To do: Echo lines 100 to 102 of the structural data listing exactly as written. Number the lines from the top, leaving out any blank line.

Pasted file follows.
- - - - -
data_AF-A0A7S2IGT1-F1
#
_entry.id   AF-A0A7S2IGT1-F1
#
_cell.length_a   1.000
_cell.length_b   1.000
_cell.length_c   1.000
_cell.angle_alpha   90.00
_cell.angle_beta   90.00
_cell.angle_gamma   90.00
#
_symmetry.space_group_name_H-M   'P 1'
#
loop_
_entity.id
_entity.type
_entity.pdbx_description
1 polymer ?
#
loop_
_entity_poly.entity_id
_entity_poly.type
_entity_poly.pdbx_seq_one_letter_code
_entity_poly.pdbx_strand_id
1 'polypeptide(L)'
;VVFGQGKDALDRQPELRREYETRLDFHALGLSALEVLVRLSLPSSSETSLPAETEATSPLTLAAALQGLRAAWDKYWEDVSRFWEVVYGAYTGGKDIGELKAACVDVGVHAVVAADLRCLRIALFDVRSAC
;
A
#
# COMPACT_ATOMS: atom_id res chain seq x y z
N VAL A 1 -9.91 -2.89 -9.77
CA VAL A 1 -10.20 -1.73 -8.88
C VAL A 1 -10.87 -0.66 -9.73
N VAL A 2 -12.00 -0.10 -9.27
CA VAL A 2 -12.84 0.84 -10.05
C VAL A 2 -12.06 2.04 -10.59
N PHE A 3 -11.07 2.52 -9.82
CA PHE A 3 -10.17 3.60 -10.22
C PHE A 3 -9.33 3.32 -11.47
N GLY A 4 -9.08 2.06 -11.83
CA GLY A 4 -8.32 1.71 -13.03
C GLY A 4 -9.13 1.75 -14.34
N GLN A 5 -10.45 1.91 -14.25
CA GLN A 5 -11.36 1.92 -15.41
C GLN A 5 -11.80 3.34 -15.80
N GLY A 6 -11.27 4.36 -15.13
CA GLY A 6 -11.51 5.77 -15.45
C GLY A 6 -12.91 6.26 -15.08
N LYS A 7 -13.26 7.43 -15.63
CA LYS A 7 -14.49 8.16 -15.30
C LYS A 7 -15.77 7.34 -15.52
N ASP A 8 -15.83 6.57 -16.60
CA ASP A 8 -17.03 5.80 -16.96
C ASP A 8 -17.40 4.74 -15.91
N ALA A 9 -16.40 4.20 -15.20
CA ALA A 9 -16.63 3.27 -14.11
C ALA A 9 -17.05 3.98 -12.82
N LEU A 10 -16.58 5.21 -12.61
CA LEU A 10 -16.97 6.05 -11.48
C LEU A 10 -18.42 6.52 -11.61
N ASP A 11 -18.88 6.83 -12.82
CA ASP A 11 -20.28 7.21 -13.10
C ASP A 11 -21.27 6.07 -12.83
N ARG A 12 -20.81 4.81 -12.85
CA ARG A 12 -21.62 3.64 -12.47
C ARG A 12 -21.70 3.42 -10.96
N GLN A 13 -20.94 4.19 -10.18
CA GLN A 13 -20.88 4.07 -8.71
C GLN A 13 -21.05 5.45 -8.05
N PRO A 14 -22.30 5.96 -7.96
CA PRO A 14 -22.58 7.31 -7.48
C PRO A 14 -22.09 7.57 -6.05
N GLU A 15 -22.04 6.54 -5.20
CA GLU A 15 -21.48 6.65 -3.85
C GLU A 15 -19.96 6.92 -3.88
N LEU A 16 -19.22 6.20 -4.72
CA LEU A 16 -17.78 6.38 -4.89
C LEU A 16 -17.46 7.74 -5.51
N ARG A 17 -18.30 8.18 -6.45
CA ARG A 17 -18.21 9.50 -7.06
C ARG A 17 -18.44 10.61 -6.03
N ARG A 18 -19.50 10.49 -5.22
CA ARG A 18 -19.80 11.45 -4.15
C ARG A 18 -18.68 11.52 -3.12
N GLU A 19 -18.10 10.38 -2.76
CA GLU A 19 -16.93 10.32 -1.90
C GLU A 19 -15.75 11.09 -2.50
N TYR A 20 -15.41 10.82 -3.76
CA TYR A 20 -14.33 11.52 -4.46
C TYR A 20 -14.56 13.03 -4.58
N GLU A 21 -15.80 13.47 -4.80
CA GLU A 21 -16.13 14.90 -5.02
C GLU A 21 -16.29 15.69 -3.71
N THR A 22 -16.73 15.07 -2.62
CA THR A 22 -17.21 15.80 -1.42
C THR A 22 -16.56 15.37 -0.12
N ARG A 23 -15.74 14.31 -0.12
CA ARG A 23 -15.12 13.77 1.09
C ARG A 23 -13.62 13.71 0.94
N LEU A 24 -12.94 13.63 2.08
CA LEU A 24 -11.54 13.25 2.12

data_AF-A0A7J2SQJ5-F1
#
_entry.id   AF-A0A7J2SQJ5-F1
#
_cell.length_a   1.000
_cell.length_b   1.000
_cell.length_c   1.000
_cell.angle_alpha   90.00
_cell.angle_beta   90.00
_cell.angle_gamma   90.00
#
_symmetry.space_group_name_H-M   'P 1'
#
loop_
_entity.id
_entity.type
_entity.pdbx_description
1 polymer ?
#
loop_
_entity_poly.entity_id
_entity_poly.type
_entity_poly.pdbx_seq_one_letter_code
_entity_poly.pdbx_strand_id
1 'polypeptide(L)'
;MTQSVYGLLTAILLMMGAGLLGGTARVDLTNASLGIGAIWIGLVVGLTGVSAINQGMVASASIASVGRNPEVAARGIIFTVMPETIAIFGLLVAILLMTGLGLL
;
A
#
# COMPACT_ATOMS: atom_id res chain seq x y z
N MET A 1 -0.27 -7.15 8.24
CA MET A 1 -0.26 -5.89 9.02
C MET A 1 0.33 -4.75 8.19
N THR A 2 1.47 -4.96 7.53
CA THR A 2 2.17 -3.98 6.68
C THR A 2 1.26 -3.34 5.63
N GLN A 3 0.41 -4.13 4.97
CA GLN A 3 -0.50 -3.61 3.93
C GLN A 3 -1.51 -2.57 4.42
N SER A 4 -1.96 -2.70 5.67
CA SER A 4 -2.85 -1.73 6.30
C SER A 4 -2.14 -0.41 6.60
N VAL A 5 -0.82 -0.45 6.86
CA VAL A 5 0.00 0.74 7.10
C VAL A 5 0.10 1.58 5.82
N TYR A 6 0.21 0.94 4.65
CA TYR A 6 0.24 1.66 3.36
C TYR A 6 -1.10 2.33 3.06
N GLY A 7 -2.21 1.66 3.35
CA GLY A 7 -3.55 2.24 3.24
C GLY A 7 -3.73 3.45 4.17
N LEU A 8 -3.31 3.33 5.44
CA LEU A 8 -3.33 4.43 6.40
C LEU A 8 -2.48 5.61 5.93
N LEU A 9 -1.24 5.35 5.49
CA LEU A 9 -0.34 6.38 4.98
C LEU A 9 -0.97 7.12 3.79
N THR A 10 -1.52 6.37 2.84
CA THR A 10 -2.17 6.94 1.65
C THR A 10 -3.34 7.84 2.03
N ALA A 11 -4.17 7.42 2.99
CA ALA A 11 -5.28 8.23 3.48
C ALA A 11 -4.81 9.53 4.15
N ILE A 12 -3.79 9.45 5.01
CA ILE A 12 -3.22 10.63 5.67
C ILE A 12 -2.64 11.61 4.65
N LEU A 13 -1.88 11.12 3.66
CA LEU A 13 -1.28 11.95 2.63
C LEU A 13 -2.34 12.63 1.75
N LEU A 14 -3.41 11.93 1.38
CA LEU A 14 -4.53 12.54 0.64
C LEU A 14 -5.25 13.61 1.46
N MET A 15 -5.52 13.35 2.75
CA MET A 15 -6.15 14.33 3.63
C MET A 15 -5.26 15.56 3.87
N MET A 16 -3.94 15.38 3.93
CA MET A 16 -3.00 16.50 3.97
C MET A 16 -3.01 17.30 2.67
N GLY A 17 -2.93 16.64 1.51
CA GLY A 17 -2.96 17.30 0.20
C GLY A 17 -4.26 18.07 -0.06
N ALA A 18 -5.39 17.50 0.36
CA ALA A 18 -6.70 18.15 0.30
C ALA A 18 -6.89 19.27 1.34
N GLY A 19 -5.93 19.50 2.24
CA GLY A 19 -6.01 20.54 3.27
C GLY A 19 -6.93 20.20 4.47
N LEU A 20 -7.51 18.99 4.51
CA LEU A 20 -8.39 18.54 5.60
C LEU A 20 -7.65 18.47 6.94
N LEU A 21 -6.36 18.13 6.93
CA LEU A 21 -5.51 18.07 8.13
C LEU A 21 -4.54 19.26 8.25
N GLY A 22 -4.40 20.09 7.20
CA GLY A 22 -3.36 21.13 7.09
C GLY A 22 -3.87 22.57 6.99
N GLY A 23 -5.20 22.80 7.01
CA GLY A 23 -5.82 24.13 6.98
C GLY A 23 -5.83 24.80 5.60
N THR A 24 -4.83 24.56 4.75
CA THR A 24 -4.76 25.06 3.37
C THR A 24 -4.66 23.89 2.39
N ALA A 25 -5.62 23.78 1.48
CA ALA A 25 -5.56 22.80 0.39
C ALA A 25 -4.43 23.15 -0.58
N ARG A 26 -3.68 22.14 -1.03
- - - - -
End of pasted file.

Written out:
N LEU A 24 -12.94 13.63 2.08
CA LEU A 24 -11.54 13.25 2.12

data_AF-A0A7J2SQJ5-F1